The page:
Tipping the Balance in Southeast Asia?
November 2, 2017
John Blaxland and Greg Raymond’s study breaks new ground in our understanding of Thai strategic and military culture and how Thai security elites view the United States, China, and the shifting geopolitical landscape in Asia. This analysis provides a roadmap to scholars seeking to understand shifting Thai policies and for policymakers seeking to maintain a strong footing for the U.S.-Thailand alliance during a time of strategic flux.
For centuries Thailand has been a master in the pursuit of strategic independence and balancing relations with great powers to avoid foreign domination. This tradition remains a powerful influence in Thai strategic culture, and it is thus perhaps unsurprising that Thai leaders have sought closer military and strategic ties with China. And yet at the same time, this preference for a balanced and independent foreign policy means that Thailand will not rush headlong into an embrace of China as a primary security partner. Rather, Thai security elites will seek to maintain the advantages brought by having a close security relationship with the United States.
A particularly valuable contribution of this Centre of Gravity study is what it reveals about the strategic advantages the United States continues to enjoy as a security partner to Thailand. The long, close relationship between the two militaries has created a large reserve of assets, relationships and positive experiences which are not easily replaced. These advantages include English language proficiency, adoption of U.S. military doctrine, and the volume and sophistication of joint military-to-military training and exercises.
This report is well timed, given the ongoing reassessment in Washington about the U.S.-Thailand alliance in the wake of the 2014 military coup. Unlike the previous coup in 2006, the 2014 coup was accompanied by harsh restrictions on civil liberties including freedom of speech and assembly, and it quickly became clear that a return to civilian rule and elections would be slow, and perhaps not fully democratic. This led the Obama administration to take a harder line on Thailand’s military government than had been taken in response previous coups, including more vocal public criticism of the state of democracy and human rights in Thailand. Thai leaders deeply resented this treatment and relations began to cool considerably, with some noticeable effects on the alliance.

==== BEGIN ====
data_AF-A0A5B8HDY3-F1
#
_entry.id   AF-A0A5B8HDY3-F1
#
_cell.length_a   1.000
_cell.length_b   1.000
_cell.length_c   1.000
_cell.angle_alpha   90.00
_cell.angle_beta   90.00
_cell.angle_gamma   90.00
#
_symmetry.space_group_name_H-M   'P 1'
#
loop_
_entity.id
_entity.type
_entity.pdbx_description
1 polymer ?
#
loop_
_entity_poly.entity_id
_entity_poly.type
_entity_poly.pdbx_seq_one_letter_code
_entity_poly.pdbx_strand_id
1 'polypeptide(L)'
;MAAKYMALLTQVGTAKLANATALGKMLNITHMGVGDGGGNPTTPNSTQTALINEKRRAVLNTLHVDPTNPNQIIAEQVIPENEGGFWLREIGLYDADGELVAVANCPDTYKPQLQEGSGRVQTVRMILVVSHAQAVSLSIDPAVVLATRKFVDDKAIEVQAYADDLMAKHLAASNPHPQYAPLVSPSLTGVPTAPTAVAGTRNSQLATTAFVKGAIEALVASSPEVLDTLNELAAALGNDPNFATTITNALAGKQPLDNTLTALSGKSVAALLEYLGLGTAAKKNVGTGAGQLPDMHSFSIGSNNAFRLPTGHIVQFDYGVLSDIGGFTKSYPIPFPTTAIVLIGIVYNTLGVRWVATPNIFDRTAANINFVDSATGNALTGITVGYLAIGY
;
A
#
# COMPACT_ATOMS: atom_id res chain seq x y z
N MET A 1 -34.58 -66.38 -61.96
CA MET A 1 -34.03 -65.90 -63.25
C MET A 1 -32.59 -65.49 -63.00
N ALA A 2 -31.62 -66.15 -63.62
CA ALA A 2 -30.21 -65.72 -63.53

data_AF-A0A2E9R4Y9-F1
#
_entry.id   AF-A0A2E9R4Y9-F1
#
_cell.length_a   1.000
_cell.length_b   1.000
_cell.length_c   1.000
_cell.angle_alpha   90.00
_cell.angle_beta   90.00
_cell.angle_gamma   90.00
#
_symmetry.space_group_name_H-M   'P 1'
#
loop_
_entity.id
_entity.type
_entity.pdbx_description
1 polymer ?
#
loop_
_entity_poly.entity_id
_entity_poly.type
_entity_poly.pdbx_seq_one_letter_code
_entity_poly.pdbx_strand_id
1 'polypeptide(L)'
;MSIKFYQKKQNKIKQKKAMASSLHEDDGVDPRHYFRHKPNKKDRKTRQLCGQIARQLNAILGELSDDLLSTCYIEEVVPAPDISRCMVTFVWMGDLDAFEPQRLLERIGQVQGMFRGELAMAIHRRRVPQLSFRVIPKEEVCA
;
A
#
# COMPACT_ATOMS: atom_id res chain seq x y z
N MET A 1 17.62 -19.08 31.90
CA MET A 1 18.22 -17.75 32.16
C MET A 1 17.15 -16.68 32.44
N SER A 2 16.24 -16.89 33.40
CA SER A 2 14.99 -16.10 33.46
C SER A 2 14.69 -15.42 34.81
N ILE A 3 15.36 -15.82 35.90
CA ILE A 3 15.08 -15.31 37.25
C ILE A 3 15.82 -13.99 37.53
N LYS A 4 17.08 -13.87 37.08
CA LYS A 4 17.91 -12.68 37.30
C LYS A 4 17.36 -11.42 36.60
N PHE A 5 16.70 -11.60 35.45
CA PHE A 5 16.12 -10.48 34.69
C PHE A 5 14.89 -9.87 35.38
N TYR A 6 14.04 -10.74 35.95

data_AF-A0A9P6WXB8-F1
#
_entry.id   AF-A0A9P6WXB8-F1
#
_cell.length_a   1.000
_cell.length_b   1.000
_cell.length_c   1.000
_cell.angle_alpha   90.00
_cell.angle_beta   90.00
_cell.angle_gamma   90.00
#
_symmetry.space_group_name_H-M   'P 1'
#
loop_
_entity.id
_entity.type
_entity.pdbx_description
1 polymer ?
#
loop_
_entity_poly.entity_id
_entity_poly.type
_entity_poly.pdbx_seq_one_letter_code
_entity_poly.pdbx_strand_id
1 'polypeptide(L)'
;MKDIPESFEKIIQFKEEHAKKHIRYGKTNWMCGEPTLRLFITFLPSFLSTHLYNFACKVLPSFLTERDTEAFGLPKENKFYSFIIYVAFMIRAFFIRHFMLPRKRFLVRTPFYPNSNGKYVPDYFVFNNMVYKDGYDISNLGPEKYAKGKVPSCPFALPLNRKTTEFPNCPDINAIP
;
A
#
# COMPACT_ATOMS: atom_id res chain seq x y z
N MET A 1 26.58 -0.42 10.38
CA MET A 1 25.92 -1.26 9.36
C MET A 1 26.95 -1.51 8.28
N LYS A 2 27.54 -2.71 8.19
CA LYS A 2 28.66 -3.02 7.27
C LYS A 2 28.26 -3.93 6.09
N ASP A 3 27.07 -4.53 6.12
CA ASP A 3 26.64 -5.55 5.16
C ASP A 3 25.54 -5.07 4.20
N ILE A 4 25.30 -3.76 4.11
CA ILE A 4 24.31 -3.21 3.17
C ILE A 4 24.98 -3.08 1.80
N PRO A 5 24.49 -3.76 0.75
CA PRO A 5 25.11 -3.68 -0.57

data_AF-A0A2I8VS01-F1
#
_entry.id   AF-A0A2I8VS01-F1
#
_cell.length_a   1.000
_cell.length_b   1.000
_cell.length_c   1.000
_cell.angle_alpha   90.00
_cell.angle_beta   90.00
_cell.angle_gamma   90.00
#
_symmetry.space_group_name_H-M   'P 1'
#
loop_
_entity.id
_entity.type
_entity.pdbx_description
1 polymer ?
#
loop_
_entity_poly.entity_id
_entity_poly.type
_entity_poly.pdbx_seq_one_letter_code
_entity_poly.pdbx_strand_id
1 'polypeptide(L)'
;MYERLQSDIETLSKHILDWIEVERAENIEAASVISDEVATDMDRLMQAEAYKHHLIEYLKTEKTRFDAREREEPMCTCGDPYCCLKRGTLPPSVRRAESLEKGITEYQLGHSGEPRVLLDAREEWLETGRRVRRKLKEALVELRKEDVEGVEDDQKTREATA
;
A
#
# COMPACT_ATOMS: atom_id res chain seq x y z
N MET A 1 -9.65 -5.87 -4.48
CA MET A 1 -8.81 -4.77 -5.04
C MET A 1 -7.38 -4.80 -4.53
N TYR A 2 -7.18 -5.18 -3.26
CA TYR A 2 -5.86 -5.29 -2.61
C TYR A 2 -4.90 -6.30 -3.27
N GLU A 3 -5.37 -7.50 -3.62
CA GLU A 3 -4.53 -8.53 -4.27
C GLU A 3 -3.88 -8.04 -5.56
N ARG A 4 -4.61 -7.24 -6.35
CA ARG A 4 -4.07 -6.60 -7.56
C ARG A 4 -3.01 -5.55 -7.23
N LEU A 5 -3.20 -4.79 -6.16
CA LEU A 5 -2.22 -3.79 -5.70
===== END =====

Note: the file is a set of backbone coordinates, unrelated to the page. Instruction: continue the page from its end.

Efforts were underway at the end of the Obama administration to recalibrate its approach towards Thailand and reengage in some key areas, and these efforts towards normalizing relations have accelerated considerably under the Trump administration as it seeks to “revitalize” the U.S.-Thailand alliance. Prime Minister Prayuth Chan-o-cha met with President Trump at the White House in early October 2017, and was treated warmly as long-time friend and strategically important ally.
The United States has a strong interest in seeing Thailand return to a full-fledged stable democracy, and it also has a strong interest in the region resuming a more a positive trajectory towards democracy, human rights and good governance. The United States needs to be both principled and pragmatic in balancing these interests. The analysis and policy recommendations offered here by John Blaxland and Gregory Raymond will be indispensable for those seeking to find the right balance through skillful statecraft.
Foreword by Dr. Amy Searight.This is a copublication of Strategic & Defence Studies Centre at the Australian National University and CSIS.